In a special supplement to the May 2012 Journal of Managed Care Pharmacy, National Pharmaceutical Council Chief Science Officer Robert W. Dubois, MD, PhD, takes a closer look at comparative effectiveness research (CER) and its implications for the pharmaceutical industry. In his article, “Looking at CER From the Pharmaceutical Industry Perspective,” Dr. Dubois makes several points:
As CER data proliferate, questions are being raised about who can access the data, who can discuss it, and in what forums. Regulations place different communication restrictions on the pharmaceutical industry than on other health care stakeholders, which creates a potential inequality.
Another CER consideration will be the tendency to apply average results to individuals, even if not every individual experiences the average result.
Policy makers should implement CER findings carefully with a goal toward accommodating flexibility.
A final impact to consider is whether greater expectations for CER will have a negative or positive effect on incentives for drug innovation. In some cases, CER may increase development costs or decrease market size. In other cases, better targeting of trial populations could result in lower development costs.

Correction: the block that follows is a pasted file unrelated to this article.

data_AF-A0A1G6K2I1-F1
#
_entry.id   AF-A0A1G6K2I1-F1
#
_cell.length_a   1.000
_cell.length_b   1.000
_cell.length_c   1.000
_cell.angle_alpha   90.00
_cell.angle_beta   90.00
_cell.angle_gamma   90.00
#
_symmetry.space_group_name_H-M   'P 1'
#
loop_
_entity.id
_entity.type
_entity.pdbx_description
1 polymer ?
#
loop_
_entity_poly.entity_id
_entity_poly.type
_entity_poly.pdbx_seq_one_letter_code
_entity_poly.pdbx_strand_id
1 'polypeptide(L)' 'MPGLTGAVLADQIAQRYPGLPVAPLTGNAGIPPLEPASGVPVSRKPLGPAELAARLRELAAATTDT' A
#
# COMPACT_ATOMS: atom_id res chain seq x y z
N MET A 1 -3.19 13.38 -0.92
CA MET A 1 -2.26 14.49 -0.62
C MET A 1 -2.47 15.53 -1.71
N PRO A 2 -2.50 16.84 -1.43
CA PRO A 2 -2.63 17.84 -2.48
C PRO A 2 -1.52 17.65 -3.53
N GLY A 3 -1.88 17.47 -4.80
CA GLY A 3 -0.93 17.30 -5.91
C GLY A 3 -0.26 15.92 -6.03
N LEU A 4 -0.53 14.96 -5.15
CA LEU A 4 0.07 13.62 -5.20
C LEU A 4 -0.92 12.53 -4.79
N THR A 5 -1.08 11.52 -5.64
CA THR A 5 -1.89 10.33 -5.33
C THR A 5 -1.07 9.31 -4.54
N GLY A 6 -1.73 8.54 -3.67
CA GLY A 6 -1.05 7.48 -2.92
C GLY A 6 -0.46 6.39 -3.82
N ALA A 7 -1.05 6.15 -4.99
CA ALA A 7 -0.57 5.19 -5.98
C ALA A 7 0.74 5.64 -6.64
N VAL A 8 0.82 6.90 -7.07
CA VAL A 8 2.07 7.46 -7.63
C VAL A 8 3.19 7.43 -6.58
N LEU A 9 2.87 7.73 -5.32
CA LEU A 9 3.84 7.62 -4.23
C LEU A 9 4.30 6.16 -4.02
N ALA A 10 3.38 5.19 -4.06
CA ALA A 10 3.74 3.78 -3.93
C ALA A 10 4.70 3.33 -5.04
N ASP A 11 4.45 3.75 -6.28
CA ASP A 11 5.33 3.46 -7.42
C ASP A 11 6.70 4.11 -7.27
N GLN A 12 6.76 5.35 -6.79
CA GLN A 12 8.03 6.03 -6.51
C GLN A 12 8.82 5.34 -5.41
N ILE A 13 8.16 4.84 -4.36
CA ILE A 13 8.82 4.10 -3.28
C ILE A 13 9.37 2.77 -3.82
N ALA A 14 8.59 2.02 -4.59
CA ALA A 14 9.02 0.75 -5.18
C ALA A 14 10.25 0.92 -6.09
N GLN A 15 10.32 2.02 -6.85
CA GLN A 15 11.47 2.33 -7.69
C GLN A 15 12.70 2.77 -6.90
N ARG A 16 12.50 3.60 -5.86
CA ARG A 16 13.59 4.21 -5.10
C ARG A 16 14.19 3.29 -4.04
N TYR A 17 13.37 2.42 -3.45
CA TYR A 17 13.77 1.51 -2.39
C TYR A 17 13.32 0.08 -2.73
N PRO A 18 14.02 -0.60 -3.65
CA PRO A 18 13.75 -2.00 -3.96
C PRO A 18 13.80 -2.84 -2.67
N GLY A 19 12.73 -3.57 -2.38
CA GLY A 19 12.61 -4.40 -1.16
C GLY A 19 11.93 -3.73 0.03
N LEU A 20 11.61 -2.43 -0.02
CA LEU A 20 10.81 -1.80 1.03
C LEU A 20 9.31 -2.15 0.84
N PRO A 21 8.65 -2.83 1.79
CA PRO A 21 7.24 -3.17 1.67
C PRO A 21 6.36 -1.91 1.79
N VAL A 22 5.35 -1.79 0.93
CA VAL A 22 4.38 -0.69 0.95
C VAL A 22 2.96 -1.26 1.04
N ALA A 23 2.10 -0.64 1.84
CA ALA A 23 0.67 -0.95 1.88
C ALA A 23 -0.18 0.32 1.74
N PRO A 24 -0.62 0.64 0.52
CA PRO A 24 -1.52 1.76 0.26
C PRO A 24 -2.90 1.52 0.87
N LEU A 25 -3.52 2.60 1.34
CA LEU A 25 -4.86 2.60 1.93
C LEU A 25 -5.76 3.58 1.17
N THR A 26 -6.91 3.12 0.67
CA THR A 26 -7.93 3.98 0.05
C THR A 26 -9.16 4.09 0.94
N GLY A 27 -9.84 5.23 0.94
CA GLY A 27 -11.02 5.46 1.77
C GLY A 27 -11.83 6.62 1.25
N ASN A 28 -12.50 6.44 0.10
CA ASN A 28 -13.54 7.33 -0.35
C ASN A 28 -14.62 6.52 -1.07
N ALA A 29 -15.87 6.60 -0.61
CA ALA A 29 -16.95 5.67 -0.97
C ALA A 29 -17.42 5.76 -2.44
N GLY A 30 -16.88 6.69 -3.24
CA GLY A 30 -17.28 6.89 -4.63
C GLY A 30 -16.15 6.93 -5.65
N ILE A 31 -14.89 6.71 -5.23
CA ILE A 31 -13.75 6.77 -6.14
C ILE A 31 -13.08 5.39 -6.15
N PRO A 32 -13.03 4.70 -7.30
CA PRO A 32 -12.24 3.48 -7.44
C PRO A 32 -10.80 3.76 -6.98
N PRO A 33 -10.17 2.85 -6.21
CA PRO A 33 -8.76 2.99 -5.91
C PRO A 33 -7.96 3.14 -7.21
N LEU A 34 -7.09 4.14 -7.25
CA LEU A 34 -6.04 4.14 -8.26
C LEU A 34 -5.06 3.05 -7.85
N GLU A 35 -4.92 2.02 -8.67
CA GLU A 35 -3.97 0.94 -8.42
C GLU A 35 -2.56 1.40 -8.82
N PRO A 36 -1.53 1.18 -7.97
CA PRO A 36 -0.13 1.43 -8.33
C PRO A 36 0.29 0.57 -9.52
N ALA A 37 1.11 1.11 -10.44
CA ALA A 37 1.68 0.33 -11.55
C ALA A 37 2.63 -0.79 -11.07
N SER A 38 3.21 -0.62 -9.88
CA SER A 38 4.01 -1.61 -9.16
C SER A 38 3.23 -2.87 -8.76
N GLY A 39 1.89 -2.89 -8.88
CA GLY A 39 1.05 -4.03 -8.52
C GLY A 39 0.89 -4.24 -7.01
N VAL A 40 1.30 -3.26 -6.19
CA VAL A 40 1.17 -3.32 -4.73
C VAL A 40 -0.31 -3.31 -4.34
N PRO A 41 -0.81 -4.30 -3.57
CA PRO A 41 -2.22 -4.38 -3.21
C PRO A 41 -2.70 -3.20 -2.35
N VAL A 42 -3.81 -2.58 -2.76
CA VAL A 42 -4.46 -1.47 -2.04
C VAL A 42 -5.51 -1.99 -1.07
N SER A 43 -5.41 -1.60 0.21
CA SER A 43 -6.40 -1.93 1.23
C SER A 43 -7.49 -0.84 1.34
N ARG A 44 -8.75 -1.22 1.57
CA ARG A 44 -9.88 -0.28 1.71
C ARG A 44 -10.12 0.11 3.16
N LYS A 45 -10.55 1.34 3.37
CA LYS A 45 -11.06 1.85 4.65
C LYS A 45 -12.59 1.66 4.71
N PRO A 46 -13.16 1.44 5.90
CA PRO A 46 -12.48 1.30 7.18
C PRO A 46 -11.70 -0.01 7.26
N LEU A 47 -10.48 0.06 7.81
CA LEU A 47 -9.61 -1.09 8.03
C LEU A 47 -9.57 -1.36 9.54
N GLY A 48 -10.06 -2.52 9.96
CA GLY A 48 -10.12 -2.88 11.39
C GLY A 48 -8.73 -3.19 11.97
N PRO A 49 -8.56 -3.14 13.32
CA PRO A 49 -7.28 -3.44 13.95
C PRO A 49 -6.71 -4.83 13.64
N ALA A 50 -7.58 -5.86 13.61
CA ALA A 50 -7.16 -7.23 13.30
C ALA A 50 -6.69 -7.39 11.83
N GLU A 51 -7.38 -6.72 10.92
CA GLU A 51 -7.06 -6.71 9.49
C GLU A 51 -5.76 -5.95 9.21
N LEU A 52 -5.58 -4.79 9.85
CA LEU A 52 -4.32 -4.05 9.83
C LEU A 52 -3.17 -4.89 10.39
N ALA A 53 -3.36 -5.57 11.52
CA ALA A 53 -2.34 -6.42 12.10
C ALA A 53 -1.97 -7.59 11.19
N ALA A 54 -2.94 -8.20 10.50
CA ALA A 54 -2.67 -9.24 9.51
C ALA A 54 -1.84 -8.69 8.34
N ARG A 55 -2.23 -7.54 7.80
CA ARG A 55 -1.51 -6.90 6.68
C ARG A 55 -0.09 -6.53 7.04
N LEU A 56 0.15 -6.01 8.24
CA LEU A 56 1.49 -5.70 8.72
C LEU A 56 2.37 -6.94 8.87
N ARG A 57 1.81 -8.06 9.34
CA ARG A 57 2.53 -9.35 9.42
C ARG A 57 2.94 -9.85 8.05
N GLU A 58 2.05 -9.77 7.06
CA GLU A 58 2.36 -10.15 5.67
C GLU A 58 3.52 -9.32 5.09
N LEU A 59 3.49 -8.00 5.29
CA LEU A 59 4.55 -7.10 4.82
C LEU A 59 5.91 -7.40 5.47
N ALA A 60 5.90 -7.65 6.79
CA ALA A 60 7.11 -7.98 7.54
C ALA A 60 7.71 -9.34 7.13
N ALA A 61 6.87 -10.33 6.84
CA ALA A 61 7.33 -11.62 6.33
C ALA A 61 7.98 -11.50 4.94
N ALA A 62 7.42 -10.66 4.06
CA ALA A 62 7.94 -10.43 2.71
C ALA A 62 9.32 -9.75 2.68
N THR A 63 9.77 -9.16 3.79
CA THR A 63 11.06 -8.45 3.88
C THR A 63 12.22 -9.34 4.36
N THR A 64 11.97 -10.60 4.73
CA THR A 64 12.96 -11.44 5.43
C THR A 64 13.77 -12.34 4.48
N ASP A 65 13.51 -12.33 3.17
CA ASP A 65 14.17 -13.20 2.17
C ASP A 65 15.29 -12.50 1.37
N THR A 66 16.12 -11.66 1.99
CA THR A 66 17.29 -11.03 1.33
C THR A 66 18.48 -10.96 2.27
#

Dubois’ article is one of four articles based on a live symposium, “Three Perspectives on the Impact of Comparative Effectiveness Research,” which was presented as a satellite symposium at the Academy of Managed Care Pharmacy 2011 Educational Conference. The companion articles, in addition to Dr. Dubois’, include:
- An Introduction by Diana I. Brixner, RPh, PhD, and Gary Oderda, PharmD, MPH
- Looking at CER from Medicare’s Perspective, by Penny Mohr, MA
- Looking at CER from the Managed Care Organization Perspective, by H. Eric Cannon, PharmD, FAMCP
Physicians and pharmacists can earn continuing medical education (CME) and continuing education (CE) credits for completing the learning objectives and educational activities related to these articles.